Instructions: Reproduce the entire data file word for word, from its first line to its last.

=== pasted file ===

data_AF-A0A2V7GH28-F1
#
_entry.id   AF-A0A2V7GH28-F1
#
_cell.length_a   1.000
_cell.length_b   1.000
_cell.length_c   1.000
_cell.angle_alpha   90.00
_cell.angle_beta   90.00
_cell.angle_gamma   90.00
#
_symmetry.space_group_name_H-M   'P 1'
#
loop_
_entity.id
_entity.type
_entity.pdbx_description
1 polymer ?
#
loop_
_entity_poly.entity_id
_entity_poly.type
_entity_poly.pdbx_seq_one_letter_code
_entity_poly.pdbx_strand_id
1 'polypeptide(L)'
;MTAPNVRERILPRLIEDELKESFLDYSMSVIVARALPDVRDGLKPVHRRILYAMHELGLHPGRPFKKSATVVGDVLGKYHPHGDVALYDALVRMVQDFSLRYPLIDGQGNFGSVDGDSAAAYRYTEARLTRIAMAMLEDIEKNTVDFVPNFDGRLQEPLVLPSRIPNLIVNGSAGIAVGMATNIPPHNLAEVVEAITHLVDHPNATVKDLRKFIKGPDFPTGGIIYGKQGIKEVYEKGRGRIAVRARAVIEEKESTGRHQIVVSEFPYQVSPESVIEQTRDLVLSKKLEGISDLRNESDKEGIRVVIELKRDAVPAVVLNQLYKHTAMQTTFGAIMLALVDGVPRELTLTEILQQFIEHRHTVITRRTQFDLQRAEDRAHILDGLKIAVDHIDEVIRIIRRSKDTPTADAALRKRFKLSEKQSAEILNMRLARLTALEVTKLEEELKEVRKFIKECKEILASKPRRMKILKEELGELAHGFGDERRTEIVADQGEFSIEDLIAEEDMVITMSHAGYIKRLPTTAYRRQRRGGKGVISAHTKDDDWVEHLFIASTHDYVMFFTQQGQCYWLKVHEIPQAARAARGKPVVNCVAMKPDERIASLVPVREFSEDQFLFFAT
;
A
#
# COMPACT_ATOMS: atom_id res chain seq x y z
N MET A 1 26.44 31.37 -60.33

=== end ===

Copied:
data_AF-A0A2V7GH28-F1
#
_entry.id   AF-A0A2V7GH28-F1
#
_cell.length_a   1.000
_cell.length_b   1.000
_cell.length_c   1.000
_cell.angle_alpha   90.00
_cell.angle_beta   90.00
_cell.angle_gamma   90.00
#
_symmetry.space_group_name_H-M   'P 1'
#
loop_
_entity.id
_entity.type
_entity.pdbx_description
1 polymer ?
#
loop_
_entity_poly.entity_id
_entity_poly.type
_entity_poly.pdbx_seq_one_letter_code
_entity_poly.pdbx_strand_id
1 'polypeptide(L)'
;MTAPNVRERILPRLIEDELKESFLDYSMSVIVARALPDVRDGLKPVHRRILYAMHELGLHPGRPFKKSATVVGDVLGKYHPHGDVALYDALVRMVQDFSLRYPLIDGQGNFGSVDGDSAAAYRYTEARLTRIAMAMLEDIEKNTVDFVPNFDGRLQEPLVLPSRIPNLIVNGSAGIAVGMATNIPPHNLAEVVEAITHLVDHPNATVKDLRKFIKGPDFPTGGIIYGKQGIKEVYEKGRGRIAVRARAVIEEKESTGRHQIVVSEFPYQVSPESVIEQTRDLVLSKKLEGISDLRNESDKEGIRVVIELKRDAVPAVVLNQLYKHTAMQTTFGAIMLALVDGVPRELTLTEILQQFIEHRHTVITRRTQFDLQRAEDRAHILDGLKIAVDHIDEVIRIIRRSKDTPTADAALRKRFKLSEKQSAEILNMRLARLTALEVTKLEEELKEVRKFIKECKEILASKPRRMKILKEELGELAHGFGDERRTEIVADQGEFSIEDLIAEEDMVITMSHAGYIKRLPTTAYRRQRRGGKGVISAHTKDDDWVEHLFIASTHDYVMFFTQQGQCYWLKVHEIPQAARAARGKPVVNCVAMKPDERIASLVPVREFSEDQFLFFAT
;
A
#
# COMPACT_ATOMS: atom_id res chain seq x y z
N MET A 1 26.44 31.37 -60.33